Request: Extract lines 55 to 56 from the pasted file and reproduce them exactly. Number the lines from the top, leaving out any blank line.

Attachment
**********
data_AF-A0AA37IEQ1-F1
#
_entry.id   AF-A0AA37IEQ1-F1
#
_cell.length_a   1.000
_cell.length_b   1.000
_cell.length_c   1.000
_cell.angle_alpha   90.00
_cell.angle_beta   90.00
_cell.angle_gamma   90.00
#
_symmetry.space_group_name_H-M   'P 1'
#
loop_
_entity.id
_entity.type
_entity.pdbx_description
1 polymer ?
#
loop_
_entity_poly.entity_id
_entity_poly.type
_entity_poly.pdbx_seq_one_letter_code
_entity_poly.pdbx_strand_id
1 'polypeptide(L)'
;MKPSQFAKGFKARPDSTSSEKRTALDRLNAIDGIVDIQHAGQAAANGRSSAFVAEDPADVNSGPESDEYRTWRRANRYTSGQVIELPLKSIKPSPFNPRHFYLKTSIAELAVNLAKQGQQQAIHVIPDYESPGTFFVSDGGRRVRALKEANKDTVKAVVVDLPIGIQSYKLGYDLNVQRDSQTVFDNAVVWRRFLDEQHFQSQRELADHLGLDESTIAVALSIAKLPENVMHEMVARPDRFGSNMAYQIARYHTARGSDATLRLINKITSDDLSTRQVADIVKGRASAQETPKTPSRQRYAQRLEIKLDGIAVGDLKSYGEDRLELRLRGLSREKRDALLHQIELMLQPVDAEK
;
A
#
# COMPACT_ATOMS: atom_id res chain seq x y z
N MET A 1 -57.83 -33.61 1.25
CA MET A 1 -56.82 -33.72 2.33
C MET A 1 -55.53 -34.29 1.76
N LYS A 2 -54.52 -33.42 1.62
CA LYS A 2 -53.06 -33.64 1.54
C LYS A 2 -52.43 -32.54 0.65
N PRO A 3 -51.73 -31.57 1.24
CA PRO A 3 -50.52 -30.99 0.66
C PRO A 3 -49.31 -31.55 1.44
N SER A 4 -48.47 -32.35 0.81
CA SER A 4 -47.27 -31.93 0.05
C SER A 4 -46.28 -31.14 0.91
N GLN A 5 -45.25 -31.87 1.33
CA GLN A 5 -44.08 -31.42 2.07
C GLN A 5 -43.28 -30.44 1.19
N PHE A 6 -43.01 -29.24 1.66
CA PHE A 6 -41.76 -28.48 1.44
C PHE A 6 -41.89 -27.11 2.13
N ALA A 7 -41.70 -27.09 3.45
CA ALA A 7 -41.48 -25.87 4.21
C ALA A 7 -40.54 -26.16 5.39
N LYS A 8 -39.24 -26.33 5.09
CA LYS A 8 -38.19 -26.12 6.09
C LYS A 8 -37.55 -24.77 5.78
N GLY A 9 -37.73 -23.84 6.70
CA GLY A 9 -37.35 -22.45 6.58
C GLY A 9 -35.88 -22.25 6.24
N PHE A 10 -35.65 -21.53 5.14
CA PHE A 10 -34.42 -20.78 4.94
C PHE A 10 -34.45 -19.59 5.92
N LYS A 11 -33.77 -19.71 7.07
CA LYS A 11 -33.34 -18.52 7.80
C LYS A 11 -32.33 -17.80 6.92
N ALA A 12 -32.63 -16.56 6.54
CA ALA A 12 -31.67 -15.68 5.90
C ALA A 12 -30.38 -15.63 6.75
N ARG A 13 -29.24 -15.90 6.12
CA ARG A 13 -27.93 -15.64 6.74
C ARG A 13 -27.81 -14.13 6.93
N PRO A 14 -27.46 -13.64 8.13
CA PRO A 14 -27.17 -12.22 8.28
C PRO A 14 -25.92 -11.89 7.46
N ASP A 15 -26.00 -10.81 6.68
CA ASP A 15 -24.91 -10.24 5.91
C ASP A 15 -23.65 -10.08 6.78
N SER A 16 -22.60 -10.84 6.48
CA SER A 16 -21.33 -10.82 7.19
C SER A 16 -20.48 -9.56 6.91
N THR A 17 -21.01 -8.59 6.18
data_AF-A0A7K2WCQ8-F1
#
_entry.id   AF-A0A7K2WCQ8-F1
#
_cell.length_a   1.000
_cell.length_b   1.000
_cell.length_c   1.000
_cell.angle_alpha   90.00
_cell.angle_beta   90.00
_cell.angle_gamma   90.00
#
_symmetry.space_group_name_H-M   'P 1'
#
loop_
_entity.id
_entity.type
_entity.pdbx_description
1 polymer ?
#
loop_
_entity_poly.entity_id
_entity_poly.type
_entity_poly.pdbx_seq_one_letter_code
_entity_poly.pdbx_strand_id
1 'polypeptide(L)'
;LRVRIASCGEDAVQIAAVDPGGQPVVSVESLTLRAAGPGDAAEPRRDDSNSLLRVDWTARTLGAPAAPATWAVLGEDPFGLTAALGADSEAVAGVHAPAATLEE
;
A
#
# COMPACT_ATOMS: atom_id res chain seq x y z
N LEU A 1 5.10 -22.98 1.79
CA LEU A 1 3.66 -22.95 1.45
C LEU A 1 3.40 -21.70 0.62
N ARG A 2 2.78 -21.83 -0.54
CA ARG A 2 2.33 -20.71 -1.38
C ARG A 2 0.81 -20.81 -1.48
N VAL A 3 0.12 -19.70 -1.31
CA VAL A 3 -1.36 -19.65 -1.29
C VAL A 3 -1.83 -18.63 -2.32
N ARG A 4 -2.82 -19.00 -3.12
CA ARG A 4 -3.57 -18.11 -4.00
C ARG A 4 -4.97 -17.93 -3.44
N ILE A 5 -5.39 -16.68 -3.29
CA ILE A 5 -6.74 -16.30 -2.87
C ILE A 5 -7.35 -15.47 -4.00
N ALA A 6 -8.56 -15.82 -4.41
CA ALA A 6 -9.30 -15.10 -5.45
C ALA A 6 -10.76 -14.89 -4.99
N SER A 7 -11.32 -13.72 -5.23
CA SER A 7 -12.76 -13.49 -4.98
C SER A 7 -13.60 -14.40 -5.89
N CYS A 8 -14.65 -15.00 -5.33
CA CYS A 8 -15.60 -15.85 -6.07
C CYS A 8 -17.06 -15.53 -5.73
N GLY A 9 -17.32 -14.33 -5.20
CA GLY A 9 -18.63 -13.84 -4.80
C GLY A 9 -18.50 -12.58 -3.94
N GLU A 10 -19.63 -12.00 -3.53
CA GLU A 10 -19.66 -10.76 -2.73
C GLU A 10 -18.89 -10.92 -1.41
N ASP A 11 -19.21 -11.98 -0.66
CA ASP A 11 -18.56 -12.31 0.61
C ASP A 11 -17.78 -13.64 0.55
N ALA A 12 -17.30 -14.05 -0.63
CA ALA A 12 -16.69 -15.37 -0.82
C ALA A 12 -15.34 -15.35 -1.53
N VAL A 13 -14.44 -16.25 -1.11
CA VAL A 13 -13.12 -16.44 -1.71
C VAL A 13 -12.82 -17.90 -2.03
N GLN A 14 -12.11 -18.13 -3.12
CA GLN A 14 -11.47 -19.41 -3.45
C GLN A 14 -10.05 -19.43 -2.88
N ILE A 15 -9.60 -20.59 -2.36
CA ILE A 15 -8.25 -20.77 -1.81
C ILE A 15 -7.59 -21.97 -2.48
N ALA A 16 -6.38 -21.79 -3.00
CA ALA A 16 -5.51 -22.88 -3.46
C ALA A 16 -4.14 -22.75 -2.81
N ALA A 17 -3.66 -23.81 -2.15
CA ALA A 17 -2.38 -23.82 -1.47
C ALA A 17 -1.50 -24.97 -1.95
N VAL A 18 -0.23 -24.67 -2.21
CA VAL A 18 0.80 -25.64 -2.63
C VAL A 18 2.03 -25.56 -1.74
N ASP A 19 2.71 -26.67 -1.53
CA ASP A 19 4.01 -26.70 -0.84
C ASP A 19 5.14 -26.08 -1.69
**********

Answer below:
N GLY A 9 -37.73 -23.84 6.70
CA GLY A 9 -37.35 -22.45 6.58